A healthy lifestyle after quitting smoking offers many benefits

Tobacco is the leading cause of preventable disease, disability and death in the United States

FILE - Cigarette butts fill a smoking receptacle outside a federal building in Washington, Thursday, April 15, 2021. According to government survey data released Thursday, April 27, 2023, U.S. adults are smoking less. Cigarette smoking dropped to another new all-time low in 2022, with 1 in 9 adults saying they were current smokers. Meanwhile, e-cigarette use rose, to about 1 in 17 adults. (AP Photo/J. Scott Applewhite, File) (J. Scott Applewhite, Copyright 2021 The Associated Press. All rights reserved)

It’s World No Tobacco Day on Wednesday, a day held every year to highlight the dangers of using tobacco products like cigarettes.

According to research, those who quit and go on to adopt a healthy lifestyle can reduce their risk of death.

“It shows that it’s not just about quitting smoking. It’s really about making these amazing lifestyle changes that will carry you through and really will lower your cardiovascular risk, cardiovascular mortality and death from other things such as cancers and respiratory diseases as well,” said Neha Vyas, MD, family medicine physician for Cleveland Clinic, who did not take part in the study.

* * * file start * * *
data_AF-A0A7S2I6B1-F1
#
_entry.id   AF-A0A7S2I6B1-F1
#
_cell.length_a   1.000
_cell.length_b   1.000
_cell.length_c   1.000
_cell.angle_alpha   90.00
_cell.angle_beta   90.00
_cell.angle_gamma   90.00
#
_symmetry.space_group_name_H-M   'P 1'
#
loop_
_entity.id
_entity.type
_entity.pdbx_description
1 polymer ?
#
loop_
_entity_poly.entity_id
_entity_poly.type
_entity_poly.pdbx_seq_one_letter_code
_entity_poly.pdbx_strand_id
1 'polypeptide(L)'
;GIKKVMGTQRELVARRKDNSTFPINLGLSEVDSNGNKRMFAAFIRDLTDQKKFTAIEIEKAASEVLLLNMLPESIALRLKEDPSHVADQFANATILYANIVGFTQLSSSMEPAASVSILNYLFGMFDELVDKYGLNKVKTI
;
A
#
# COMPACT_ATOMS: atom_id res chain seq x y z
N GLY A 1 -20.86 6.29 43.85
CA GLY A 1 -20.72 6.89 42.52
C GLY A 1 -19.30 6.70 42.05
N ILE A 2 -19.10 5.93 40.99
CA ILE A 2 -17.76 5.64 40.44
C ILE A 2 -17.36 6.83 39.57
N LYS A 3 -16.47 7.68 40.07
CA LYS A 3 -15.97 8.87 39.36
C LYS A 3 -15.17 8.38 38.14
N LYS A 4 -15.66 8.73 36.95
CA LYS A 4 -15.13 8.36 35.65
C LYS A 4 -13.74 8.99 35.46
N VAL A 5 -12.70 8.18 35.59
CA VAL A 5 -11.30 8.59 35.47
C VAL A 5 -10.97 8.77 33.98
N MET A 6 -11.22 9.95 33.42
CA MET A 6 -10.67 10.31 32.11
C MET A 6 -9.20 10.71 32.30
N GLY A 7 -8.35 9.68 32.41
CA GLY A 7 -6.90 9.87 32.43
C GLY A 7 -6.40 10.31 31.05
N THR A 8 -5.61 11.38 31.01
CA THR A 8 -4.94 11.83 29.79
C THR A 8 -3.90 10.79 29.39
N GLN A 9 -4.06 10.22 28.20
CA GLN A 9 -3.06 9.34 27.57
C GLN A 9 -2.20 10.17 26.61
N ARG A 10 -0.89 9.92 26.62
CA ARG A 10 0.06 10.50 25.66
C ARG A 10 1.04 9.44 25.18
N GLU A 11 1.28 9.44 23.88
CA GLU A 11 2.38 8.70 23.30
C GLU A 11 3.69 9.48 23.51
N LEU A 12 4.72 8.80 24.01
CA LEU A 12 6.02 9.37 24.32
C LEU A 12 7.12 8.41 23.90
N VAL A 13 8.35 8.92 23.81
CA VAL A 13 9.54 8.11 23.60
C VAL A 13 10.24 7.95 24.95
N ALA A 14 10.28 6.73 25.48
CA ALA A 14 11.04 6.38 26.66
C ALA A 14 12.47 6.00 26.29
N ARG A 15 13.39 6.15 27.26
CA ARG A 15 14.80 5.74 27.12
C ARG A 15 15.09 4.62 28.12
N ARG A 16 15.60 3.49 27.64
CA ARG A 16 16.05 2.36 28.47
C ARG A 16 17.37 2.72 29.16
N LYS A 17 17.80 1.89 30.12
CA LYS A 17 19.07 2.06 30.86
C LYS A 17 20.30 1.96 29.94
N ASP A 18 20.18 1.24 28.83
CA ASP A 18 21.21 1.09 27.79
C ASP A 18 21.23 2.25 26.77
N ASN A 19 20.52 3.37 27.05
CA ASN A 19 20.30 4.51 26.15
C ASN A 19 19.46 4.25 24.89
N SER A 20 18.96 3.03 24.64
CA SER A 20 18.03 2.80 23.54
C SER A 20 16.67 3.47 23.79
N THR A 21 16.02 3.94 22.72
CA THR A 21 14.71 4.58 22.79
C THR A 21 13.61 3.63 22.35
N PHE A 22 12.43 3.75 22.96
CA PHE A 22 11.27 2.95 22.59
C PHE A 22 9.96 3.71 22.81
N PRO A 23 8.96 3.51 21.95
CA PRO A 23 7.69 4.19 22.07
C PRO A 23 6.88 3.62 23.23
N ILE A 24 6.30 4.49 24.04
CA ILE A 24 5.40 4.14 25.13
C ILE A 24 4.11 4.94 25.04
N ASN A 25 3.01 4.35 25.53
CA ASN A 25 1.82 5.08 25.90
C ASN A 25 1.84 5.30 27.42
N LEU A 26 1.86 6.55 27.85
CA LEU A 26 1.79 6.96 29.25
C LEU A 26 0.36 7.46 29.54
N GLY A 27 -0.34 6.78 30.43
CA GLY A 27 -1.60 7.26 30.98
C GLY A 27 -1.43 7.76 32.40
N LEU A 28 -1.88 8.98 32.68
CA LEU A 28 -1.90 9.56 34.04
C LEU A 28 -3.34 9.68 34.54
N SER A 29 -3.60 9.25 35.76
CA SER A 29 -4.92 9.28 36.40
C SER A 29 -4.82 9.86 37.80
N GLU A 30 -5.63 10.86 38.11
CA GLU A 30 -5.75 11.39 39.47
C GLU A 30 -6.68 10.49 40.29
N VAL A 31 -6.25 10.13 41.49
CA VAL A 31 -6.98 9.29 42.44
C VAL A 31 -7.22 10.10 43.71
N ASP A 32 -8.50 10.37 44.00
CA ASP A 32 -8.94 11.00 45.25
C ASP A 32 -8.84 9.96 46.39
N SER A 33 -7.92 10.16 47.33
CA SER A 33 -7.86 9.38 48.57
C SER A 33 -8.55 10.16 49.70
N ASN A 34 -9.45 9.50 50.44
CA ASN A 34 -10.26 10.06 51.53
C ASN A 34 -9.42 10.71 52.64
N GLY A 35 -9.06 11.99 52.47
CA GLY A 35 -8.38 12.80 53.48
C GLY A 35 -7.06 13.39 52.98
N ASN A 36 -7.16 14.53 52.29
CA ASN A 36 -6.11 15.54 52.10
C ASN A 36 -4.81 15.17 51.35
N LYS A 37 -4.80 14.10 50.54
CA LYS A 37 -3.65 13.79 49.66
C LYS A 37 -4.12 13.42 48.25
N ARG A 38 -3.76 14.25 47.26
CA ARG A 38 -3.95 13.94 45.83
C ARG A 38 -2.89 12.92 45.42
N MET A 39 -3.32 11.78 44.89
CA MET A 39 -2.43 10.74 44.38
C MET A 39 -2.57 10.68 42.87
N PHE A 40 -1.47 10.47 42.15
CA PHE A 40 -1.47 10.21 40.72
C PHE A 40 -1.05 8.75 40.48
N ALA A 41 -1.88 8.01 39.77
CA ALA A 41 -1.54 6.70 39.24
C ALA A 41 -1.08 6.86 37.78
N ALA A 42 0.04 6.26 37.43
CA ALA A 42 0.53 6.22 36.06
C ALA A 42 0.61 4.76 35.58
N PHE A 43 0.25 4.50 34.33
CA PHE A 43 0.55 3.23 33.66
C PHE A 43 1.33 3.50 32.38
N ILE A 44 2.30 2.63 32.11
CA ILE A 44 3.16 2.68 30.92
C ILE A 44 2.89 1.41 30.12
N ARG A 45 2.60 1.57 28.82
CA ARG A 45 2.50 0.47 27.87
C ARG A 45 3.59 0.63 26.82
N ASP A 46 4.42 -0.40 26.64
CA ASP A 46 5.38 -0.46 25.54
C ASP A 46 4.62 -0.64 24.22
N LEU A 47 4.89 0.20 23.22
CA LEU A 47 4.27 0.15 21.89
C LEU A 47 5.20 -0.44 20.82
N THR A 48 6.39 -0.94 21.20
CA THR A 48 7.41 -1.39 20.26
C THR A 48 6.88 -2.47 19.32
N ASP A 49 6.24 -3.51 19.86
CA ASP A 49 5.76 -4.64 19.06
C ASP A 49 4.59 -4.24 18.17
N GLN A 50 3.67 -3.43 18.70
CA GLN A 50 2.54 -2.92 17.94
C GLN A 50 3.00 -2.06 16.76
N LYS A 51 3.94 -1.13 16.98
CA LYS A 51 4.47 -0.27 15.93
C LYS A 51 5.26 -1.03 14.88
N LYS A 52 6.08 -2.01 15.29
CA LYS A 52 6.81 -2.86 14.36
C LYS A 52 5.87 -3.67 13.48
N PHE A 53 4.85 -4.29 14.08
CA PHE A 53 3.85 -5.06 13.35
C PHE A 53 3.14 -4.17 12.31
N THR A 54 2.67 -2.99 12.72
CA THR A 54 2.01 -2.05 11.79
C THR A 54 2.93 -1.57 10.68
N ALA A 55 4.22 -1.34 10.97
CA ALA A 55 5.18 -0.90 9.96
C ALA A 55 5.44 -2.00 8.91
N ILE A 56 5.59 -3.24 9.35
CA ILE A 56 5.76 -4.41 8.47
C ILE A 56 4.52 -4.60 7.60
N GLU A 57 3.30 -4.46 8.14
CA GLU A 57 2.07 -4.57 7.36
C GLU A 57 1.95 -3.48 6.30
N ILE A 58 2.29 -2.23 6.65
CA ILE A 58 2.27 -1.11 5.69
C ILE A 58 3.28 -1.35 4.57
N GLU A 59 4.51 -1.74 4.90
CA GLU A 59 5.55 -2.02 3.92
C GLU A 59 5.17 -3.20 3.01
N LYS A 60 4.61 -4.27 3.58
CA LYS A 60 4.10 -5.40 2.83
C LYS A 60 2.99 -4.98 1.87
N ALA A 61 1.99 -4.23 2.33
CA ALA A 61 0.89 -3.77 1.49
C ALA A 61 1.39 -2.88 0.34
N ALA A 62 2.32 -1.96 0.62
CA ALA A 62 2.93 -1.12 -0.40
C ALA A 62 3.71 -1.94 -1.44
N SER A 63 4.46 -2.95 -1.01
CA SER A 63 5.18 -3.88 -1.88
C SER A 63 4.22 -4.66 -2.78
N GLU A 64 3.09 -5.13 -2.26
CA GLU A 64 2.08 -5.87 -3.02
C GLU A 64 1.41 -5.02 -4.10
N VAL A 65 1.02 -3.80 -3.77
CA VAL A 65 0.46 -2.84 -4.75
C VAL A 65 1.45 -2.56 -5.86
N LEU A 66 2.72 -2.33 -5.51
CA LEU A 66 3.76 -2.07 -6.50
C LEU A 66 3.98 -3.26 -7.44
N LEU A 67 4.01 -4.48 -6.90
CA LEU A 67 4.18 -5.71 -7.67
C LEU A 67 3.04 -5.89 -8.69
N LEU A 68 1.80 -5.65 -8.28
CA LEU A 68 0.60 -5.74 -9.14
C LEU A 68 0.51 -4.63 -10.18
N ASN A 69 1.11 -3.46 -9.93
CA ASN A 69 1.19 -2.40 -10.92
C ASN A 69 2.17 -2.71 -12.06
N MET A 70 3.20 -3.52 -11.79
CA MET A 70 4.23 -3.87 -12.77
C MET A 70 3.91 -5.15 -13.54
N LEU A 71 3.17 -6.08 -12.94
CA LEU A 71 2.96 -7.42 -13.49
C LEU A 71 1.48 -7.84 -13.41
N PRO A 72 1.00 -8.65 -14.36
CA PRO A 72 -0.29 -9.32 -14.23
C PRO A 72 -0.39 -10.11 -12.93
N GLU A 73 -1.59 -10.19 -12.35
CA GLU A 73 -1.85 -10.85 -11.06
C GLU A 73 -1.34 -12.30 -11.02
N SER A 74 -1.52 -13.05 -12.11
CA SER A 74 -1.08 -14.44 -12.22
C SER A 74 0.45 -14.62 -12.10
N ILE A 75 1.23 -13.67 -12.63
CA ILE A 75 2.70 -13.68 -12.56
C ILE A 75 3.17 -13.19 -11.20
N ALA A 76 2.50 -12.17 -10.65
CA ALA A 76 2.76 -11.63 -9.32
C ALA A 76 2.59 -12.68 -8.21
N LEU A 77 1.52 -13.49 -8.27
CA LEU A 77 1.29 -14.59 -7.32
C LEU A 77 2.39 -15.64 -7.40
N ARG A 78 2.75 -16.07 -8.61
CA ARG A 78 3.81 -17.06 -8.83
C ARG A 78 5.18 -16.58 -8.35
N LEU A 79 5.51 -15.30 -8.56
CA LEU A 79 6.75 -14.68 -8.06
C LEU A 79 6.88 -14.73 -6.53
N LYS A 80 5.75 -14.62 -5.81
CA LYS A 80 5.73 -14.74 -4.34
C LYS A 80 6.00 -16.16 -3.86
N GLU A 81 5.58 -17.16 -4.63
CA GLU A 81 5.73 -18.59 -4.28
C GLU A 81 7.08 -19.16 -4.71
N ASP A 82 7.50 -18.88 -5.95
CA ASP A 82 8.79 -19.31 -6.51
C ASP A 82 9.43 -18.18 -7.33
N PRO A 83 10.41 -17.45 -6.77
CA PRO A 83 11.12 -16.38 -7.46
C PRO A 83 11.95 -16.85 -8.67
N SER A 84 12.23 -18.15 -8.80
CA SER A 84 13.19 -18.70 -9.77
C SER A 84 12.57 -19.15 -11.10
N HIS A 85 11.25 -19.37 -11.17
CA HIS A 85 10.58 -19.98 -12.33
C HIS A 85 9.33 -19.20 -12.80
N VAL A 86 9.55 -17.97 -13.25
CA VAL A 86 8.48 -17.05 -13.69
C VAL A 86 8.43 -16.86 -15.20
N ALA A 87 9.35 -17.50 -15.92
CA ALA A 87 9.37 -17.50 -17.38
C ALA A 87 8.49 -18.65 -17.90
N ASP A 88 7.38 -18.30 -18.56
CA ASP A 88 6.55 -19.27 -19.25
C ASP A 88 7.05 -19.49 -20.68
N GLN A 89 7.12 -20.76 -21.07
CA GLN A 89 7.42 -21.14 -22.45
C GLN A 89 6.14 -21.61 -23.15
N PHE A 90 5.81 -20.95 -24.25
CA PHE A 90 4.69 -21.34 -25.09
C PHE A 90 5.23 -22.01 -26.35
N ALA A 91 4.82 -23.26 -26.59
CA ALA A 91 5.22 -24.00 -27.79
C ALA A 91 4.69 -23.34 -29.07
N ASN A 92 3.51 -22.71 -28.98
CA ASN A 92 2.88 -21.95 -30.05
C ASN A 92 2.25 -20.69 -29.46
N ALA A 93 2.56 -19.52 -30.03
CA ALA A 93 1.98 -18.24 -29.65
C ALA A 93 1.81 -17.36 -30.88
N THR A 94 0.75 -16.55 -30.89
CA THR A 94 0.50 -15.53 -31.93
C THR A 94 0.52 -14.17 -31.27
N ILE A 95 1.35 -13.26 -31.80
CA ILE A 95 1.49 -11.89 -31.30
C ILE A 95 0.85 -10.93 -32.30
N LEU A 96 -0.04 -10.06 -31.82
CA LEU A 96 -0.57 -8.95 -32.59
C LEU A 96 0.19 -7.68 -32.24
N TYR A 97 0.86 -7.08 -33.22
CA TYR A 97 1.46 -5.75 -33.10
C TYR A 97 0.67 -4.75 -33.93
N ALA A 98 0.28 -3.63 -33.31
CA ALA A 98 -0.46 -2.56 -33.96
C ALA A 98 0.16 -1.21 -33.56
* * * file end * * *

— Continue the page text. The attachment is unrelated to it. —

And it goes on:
The researchers found that former smokers who were stricter with their body weight, diet, physical activity and alcohol intake had a lower risk for death, cancer and other diseases. And that was regardless of previous smoking patterns.

Vyas said people may need to try multiple times before successfully quitting smoking. However, she encourages smokers to not give up.

She’ll often tell people to avoid any triggering environments where there will be smoking, like at a bar or party. It can also be helpful to build a support system, so you’re held accountable.

“It’s important to remember that it can sometimes take more than one attempt to quit smoking altogether, so certainly get support from your family, your friends, healthcare professionals. There are many resources out there,” she said.

The CDC reports that tobacco is the leading cause of preventable disease, disability and death in the United States. Nearly 40 million adults still smoke cigarettes.